For artist Mark Boomershine and his family, the road to life in Buckhead began in the car business.

Calypso Belle, Cinda, Mark and Ryland Walter Boomershine.

Calypso Belle, Cinda, Mark and Ryland Walter Boomershine.

“My grandfather, Walter McKinley Boomershine Sr., who was an Ohio native, fought in France in World War I,” Mark says. “When he came back, he was sent to Atlanta by General Motors to help revive a struggling automotive dealership called Motors Holdings.” He proved to be a positive force, ultimately turning the ailing dealership around. In 1929, he became full owner of what would then be known as Boomershine Pontiac, a successful business that remained in the family until 1999.

The elder Boomershine lived with his wife, Nellie, and their four children on Peachtree Road in Buckhead for many years, and, in his 70s, moved to a farm in East Cobb that offered plenty of space for the Tennessee Walking Horses he’d been raising, along with some cattle. The Boomershines’ three grown daughters, Helen, Marie and Margaret, and son, Walter—Mark’s father—bought land from their parents on the farm, too. “It was basically a big family compound,” Mark says. In the early 1970s, Mark’s parents built their own home there.

Today, Mark, an artist known for his pop-inspired paintings, and his family—his wife Cinda, a Buckhead native, and their two young children, 4-year-old daughter Calypso Belle and 2-year-old son Ryland Walter, or “Rex”—maintain a primary residence in Buckhead, but the foursome is also in the midst of what he calls “an extended temporary move” to Los Angeles, where they relocated eight months ago in order to work with West Coast clients and open new galleries. “We originally moved out for one year, but we’ve got too many great things going on out here, so we decided to stay for an extra year,” Mark says.

Although the temporary move has proved to be good for Mark’s business, he says that Buckhead is still home, and they’ll undoubtedly return after their stint in California comes to an end. “Los Angeles has been great, but we miss our friends,” he says. “One of the things we love about Atlanta and Buckhead is that it can be a big city if you want it to be. It has the culture, the museums, the art, everything you’d want in a big city, but we can’t go to the grocery store or anywhere without running into somebody we know, so it’s a small town, too.”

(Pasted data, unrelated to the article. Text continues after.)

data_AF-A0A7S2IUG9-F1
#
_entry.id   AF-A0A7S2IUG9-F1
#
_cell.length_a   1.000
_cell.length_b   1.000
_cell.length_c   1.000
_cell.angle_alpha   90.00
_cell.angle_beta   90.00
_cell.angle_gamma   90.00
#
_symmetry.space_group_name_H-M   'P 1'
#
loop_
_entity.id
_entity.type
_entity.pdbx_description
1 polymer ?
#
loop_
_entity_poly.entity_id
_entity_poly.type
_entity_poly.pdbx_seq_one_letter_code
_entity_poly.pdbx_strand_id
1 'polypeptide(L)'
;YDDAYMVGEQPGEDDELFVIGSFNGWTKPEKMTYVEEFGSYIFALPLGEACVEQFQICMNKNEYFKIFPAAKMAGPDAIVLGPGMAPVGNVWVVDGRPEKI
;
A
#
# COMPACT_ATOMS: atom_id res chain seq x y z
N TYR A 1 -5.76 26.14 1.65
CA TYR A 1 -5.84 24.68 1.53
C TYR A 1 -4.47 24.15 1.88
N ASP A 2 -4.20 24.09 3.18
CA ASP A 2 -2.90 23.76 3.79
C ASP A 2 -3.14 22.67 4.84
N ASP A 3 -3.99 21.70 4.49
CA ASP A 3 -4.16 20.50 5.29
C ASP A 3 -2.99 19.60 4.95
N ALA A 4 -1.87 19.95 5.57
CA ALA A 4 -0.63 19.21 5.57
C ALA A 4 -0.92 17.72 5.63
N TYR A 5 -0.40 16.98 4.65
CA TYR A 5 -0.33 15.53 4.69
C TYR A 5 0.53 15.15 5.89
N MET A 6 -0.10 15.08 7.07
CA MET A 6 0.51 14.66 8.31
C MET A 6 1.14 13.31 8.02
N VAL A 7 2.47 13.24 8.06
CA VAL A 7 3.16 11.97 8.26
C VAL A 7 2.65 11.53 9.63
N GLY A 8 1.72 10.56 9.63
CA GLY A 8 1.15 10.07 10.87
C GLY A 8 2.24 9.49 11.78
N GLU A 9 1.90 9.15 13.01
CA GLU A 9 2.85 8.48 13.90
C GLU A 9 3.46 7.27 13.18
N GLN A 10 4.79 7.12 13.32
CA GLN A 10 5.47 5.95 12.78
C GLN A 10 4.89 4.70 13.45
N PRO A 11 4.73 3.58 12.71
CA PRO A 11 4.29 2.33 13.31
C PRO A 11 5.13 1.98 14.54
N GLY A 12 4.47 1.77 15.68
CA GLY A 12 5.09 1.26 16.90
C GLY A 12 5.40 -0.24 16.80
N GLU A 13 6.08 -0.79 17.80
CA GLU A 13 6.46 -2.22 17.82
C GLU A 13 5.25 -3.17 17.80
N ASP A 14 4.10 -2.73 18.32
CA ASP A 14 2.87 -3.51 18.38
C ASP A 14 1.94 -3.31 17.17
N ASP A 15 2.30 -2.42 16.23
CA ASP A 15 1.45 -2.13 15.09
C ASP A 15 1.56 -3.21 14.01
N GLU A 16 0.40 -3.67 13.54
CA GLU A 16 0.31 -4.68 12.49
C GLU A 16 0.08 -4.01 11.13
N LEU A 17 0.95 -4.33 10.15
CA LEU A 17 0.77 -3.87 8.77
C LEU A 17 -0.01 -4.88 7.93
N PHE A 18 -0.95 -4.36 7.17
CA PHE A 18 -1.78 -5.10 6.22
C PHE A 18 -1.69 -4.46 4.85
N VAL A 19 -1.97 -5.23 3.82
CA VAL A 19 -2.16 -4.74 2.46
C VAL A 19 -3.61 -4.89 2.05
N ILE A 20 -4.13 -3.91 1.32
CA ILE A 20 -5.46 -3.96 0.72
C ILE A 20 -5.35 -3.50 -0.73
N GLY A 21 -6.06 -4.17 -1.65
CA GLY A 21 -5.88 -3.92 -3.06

The rest of the Boomershine family has scattered in different directions, though they still call Georgia home. Mark’s parents live on Lake Lanier; his older sisters, Renee, Jackie and Pat, live in Gainesville, Cartersville and Flowery Branch, Georgia, respectively. His older sister, Lindsay, who lived in Gainesville, passed away in 2008. It’s likely that when Mark and Cinda return home to Buckhead next year, it will be a welcome occasion all around.

As for what the couple looks forward to when it’s time to come back to Atlanta, he says they miss attending charity events that they often followed up with cocktails at The St. Regis. But Mark acknowledges the possibility that much will have changed in Buckhead by the time they return home. “Buckhead is a giant construction zone now,” he says. “Some might say it’s getting too fancy with all of its high-end shops, but I don’t think it hurts—I think it’s fun.” Mark’s optimism might have something to do with the fact that much of Buckhead’s retail, residential and restaurant growth is within walking distance of the family’s Argon Drive home, thus preserving that small town atmosphere they so love.

 

STORY: Lindsay Lambert Day